£30,520 - £46,375 Price range
37 - 45 MPG
It may have been around in one form or another since 1996, but the ethos behind the Elise is as sound as ever – a basic, no-frills sports car that relies on light weight rather than huge power to grant it high performance, and excellent handling.
It won’t make for the most practical addition to your driveway however, but if you’re looking for a rewarding and entertaining car you could do far worse than to invest in this classic lump of Norfolk fibreglass.
There’s not actually much interior to talk about, and just as the basic concept has changed little since launch, so too has the interior remained largely the same. You do get carpets, a radio and slightly comfier seats now, but it’s all relative.
The cabin is still an unrefined place to sit, testers note that the plastics would be poor in a £10k supermini, and it’s a struggle to get in and out. The boot is also pretty small. On the plus side, the driving position is great and the roof less fiddly than before.
Bottom-line is that the inside of the Elise is unrefined and impractical, which is probably everything Lotus enthusiasts would expect it to be.
According to one test, Lotus spent several weeks trying to improve the ride and handling of the Elise, only to find it was perfect to begin with. That about sums up the reviews – the Elise is variously described as “pure”, “thrilling” and “one of the most enjoyable cars in the UK to drive”.
The unassisted steering offers perfect feel, there’s plenty of grip, and it rides better than many family cars. It’s equally happy pottering around town as it is on a race track or B-road.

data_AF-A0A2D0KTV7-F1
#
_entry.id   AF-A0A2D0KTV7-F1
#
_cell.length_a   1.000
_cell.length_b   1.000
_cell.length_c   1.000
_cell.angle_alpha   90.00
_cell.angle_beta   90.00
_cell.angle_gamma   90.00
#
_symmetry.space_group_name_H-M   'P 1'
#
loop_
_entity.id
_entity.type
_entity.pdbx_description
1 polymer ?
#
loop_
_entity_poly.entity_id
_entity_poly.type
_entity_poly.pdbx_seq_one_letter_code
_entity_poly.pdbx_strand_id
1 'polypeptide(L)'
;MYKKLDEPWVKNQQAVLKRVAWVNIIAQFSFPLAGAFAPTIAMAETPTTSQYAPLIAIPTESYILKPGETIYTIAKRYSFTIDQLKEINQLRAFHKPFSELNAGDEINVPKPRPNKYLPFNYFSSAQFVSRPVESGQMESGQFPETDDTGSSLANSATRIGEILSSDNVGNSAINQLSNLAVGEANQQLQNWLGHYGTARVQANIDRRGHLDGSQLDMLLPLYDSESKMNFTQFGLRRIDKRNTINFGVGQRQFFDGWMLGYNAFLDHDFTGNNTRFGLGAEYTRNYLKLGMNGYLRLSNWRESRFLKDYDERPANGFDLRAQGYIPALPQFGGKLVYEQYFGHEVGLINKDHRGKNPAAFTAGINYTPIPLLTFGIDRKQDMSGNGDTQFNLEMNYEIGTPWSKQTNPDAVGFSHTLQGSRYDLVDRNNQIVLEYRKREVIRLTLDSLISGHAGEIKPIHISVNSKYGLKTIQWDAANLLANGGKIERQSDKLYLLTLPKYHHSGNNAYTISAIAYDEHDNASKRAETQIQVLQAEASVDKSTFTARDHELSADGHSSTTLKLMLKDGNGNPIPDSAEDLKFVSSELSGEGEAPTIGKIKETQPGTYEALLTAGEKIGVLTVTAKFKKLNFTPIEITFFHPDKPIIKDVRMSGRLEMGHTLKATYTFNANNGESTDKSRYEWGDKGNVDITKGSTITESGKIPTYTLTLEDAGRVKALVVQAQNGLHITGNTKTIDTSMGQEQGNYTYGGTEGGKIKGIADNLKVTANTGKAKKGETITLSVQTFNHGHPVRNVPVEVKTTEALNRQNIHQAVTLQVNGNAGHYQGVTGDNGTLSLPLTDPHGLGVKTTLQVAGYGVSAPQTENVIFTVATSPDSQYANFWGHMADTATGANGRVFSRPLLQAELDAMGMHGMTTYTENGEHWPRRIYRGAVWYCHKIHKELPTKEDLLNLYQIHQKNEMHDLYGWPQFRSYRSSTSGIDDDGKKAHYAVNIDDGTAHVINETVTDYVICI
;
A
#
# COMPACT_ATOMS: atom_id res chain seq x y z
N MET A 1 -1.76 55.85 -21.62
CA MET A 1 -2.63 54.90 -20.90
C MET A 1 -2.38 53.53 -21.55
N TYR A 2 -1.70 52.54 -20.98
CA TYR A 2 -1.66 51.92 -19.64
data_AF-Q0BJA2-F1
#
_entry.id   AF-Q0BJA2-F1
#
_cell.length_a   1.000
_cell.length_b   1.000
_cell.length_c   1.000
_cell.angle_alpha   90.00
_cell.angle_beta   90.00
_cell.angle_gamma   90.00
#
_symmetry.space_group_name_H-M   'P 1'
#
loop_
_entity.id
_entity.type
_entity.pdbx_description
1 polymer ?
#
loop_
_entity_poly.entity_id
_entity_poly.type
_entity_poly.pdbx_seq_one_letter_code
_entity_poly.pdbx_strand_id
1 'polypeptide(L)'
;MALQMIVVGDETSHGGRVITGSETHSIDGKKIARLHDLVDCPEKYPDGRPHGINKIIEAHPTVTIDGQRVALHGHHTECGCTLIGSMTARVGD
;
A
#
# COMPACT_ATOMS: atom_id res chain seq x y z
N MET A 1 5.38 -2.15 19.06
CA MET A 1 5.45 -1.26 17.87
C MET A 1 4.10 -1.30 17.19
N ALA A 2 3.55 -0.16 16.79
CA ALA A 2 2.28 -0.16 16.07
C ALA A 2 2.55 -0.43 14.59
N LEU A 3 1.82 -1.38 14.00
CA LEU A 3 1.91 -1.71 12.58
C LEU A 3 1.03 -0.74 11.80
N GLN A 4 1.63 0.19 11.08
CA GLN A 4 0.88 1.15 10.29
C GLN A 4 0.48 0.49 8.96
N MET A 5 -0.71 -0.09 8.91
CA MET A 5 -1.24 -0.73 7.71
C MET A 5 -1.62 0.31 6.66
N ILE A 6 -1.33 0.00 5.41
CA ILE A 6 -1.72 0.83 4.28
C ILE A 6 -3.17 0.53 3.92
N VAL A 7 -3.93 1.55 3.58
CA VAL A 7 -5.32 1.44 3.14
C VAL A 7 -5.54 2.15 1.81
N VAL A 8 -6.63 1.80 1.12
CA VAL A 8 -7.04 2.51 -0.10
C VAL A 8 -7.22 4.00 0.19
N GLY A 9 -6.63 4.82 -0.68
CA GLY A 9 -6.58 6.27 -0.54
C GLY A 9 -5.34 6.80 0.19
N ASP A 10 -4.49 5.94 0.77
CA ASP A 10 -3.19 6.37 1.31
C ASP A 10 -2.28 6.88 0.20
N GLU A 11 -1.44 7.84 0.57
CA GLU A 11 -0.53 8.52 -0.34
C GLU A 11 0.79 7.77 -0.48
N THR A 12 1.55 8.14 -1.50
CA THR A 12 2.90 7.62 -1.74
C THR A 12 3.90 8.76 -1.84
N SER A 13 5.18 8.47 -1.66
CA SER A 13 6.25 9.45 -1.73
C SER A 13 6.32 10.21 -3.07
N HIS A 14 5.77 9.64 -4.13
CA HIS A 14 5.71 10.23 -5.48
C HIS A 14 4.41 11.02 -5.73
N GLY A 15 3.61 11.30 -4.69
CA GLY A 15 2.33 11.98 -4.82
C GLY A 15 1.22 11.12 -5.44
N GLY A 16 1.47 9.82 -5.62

If you have been searching for the purist of driving experiences without having to shell out ludicrous sums of money on something extraordinarily exotic and possibly Italian, you may have found it in the fun but dated Elise.
There are a few engine options in the Elise, all of which are Toyota units. The range kicks off with a 1.6-litre petrol. Some testers complain it’s a little less torquey than the old 1.8, but the payoff is 45mpg combined, and it still spins nicely to the rev limiter. The six-speed gearbox is now much slicker too.
Move up a notch to the Elise R and you get a 1.8, and for maximum performance, you can get a 1.8 supercharged unit. Even the basic Elise gets to 60mph in six seconds, but the larger-engined cars really are rapid – the supercharged variant does 60mph in only 4.4 seconds, and 150mph.
In true Toyota style, and with considerable help from the car’s lack of weight, the economy of the two engines is also impressive, with the 1.6 delivering a combined figure of 45 mpg.
The Elise struggles a bit on value. Even the basic variant is a £28,000 car these days, which puts it perilously close to the wider talents of cars like the Porsche Boxster. The Elise certainly doesn’t have the quality of a near-£30k car either.
However, depreciation is usefully low (even very early Elises are still worth a pretty penny), economy surprisingly good (so running costs should be low) and the Elise still offers a lot of performance for the money. Consider it an investment and the purchase price looks less of an issue.
Many cars get better the more you spend on them. The Elise is different – virtually every tester would plump for the basic Elise. The others are faster, but they also cost more and don’t offer proportionately greater thrills. The Elise is all about having fun with as little as possible.
The basic Elise package is still a brilliant one, which is why the car still gets excellent reviews despite some glaring quality flaws and a high purchase price.
It’s well worth recommending, but if you want a few more creature comforts you may be better seeking out a Porsche Boxster.